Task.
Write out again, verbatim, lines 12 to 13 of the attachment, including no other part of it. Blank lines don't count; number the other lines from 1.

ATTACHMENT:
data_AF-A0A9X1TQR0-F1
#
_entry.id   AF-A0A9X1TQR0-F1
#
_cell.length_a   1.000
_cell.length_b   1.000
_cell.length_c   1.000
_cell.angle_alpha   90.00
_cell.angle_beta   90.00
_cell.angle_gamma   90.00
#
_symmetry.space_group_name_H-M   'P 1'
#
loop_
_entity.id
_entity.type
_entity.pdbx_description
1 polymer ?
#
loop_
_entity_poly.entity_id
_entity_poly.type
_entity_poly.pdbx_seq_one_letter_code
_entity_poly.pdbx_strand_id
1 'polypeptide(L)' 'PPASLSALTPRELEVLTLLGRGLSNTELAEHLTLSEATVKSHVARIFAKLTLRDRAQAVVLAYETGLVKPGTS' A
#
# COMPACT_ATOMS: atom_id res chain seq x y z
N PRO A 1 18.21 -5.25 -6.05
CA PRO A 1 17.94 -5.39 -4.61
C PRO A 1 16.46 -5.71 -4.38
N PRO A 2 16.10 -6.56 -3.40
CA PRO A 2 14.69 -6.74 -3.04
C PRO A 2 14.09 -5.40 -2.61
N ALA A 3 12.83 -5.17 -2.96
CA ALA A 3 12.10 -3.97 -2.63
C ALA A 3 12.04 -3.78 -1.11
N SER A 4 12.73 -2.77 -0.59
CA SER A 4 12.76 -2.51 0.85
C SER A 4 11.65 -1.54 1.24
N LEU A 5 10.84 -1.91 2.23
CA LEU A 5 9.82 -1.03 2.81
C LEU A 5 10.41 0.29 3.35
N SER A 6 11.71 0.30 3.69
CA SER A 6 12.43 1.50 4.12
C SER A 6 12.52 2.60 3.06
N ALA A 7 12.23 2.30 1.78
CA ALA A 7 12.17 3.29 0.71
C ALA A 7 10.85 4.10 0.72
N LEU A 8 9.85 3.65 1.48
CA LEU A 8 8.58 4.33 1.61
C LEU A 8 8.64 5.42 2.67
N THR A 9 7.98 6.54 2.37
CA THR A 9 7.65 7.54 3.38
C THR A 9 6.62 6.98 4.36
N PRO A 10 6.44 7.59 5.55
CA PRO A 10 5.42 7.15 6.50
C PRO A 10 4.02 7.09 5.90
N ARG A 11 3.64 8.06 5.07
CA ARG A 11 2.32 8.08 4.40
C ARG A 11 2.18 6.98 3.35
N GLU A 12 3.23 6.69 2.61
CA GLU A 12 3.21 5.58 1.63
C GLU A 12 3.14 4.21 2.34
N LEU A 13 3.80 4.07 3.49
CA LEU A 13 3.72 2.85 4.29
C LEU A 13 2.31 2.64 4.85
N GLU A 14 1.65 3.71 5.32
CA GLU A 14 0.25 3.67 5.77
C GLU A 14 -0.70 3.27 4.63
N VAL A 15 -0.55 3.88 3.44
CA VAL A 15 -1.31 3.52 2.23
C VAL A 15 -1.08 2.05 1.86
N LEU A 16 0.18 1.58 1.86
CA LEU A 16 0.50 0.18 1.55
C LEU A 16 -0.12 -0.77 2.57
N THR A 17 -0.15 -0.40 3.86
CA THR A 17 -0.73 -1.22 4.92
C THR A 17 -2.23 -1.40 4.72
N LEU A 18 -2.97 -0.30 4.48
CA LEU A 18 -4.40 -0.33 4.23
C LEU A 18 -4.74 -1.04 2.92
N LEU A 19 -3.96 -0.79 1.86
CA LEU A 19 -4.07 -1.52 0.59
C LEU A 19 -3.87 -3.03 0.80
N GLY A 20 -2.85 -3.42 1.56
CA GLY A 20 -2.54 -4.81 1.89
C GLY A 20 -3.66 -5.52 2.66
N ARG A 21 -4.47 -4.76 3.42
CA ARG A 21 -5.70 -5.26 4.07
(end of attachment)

_symmetry.space_group_name_H-M   'P 1'
#